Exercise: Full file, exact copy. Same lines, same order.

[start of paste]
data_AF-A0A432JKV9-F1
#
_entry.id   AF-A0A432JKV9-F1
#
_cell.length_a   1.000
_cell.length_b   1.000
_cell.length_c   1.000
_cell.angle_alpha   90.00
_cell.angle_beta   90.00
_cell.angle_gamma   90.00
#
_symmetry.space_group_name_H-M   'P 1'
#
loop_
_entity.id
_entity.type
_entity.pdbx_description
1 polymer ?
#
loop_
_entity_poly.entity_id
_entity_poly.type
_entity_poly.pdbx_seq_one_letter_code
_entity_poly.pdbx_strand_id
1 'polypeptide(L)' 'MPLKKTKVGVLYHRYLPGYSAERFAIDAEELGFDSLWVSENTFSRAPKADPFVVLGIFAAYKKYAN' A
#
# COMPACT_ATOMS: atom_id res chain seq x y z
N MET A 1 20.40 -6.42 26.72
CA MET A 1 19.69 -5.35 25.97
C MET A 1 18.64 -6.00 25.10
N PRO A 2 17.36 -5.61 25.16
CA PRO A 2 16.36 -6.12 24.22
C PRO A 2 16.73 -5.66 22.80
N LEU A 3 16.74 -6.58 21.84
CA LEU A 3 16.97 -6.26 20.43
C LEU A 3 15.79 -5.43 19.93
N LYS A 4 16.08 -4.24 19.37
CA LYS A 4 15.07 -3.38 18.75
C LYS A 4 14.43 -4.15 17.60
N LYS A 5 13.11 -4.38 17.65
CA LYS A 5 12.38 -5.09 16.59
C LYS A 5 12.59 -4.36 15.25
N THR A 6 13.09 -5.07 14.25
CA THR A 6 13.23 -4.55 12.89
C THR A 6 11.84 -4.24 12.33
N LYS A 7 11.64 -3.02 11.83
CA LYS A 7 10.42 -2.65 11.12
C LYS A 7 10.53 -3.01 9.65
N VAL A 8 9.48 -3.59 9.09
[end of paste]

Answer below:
data_AF-A0A432JKV9-F1
#
_entry.id   AF-A0A432JKV9-F1
#
_cell.length_a   1.000
_cell.length_b   1.000
_cell.length_c   1.000
_cell.angle_alpha   90.00
_cell.angle_beta   90.00
_cell.angle_gamma   90.00
#
_symmetry.space_group_name_H-M   'P 1'
#
loop_
_entity.id
_entity.type
_entity.pdbx_description
1 polymer ?
#
loop_
_entity_poly.entity_id
_entity_poly.type
_entity_poly.pdbx_seq_one_letter_code
_entity_poly.pdbx_strand_id
1 'polypeptide(L)' 'MPLKKTKVGVLYHRYLPGYSAERFAIDAEELGFDSLWVSENTFSRAPKADPFVVLGIFAAYKKYAN' A
#
# COMPACT_ATOMS: atom_id res chain seq x y z
N MET A 1 20.40 -6.42 26.72
CA MET A 1 19.69 -5.35 25.97
C MET A 1 18.64 -6.00 25.10
N PRO A 2 17.36 -5.61 25.16
CA PRO A 2 16.36 -6.12 24.22
C PRO A 2 16.73 -5.66 22.80
N LEU A 3 16.74 -6.58 21.84
CA LEU A 3 16.97 -6.26 20.43
C LEU A 3 15.79 -5.43 19.93
N LYS A 4 16.08 -4.24 19.37
CA LYS A 4 15.07 -3.38 18.75
C LYS A 4 14.43 -4.15 17.60
N LYS A 5 13.11 -4.38 17.65
CA LYS A 5 12.38 -5.09 16.59
C LYS A 5 12.59 -4.36 15.25
N THR A 6 13.09 -5.07 14.25
CA THR A 6 13.23 -4.55 12.89
C THR A 6 11.84 -4.24 12.33
N LYS A 7 11.64 -3.02 11.83
CA LYS A 7 10.42 -2.65 11.12
C LYS A 7 10.53 -3.01 9.65
N VAL A 8 9.48 -3.59 9.09